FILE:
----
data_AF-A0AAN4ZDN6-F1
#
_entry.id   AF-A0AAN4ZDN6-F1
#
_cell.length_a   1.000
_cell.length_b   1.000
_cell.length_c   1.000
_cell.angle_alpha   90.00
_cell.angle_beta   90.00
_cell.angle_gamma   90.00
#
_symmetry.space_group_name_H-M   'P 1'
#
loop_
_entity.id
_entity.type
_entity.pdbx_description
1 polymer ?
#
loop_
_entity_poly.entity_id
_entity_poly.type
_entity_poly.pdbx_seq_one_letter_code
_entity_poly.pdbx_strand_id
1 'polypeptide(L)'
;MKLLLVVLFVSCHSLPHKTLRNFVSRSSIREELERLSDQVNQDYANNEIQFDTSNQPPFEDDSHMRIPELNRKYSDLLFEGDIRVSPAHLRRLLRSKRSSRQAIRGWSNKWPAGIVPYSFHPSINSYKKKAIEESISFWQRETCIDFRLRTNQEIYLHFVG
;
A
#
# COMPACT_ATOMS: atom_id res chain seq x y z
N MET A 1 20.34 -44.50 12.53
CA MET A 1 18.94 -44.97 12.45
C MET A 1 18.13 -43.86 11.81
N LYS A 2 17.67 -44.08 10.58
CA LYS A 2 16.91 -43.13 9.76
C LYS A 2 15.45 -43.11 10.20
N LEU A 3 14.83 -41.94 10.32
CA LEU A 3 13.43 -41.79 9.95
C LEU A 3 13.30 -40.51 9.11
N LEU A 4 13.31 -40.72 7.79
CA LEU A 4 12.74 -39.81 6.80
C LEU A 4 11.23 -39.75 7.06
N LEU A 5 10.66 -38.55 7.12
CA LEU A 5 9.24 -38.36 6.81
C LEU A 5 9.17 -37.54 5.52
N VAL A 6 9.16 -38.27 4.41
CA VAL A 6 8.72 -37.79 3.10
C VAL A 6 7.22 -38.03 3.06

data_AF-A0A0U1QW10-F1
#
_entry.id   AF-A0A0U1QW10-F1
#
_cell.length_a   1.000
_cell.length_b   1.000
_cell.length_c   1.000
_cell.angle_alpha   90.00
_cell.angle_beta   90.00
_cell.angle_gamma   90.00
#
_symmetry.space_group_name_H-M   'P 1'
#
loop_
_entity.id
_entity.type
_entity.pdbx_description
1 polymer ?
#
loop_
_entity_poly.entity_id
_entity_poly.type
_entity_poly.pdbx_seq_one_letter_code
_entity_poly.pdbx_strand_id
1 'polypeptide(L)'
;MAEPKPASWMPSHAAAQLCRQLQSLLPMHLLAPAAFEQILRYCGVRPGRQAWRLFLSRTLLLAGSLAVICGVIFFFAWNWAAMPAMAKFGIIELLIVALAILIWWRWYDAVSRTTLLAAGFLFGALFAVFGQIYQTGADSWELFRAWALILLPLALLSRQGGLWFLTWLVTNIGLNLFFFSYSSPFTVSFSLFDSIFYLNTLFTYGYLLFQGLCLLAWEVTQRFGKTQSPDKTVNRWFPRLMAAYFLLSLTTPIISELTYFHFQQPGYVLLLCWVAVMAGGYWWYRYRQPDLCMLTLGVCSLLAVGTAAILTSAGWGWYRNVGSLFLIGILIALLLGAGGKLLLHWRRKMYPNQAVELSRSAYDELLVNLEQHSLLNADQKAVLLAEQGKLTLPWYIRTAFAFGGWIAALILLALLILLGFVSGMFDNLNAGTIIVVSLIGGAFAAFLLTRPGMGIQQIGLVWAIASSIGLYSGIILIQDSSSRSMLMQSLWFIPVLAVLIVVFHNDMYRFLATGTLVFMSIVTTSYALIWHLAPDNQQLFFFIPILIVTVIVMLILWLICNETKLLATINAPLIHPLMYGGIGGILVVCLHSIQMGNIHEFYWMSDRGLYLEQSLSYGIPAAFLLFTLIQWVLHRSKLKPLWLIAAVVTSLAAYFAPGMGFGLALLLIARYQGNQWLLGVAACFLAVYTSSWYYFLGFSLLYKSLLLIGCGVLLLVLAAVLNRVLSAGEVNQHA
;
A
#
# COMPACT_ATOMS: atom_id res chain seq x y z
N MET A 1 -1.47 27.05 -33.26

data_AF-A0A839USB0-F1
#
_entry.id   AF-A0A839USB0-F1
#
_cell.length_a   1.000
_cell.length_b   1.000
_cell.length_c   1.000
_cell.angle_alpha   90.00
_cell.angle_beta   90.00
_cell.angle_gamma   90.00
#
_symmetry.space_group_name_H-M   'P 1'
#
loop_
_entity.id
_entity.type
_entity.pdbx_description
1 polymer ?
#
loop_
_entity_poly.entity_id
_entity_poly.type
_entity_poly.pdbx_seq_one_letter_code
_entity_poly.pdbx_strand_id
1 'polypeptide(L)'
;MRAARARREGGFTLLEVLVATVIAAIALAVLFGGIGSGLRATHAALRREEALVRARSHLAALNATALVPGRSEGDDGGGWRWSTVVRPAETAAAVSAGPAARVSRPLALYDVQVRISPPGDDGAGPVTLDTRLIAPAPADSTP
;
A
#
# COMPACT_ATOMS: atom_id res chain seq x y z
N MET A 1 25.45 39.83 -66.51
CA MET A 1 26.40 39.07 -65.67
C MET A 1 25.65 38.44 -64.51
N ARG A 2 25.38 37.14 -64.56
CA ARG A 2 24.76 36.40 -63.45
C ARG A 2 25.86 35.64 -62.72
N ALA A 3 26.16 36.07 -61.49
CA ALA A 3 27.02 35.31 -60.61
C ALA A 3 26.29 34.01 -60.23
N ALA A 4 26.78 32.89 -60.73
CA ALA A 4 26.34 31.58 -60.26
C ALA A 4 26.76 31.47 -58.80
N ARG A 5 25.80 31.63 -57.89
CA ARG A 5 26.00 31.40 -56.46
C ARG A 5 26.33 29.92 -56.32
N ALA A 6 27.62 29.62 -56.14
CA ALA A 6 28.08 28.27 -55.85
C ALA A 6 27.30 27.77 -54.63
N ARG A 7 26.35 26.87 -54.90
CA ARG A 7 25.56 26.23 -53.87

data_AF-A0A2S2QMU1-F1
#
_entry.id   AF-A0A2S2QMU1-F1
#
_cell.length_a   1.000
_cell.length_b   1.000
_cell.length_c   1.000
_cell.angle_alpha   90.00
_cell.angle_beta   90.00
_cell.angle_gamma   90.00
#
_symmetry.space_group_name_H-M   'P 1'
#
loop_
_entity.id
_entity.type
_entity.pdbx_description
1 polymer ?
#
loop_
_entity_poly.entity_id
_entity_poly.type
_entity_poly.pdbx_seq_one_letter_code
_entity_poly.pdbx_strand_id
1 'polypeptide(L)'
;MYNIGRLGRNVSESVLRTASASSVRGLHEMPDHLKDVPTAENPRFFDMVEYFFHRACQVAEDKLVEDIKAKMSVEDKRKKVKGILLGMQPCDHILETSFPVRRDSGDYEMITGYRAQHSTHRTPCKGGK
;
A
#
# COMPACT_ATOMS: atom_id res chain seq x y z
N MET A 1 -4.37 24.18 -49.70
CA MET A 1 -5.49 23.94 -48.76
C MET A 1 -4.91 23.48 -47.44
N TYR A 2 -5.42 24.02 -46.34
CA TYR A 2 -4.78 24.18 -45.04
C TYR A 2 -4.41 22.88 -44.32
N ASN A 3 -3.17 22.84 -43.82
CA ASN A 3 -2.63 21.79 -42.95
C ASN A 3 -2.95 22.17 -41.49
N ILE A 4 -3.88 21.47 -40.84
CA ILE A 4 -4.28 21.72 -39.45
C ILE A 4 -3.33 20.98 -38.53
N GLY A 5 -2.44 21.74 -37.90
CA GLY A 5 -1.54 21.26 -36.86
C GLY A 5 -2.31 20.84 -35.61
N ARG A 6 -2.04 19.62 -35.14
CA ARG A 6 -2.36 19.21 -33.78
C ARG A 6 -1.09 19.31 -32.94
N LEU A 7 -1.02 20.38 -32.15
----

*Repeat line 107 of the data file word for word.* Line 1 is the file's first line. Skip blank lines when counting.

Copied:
A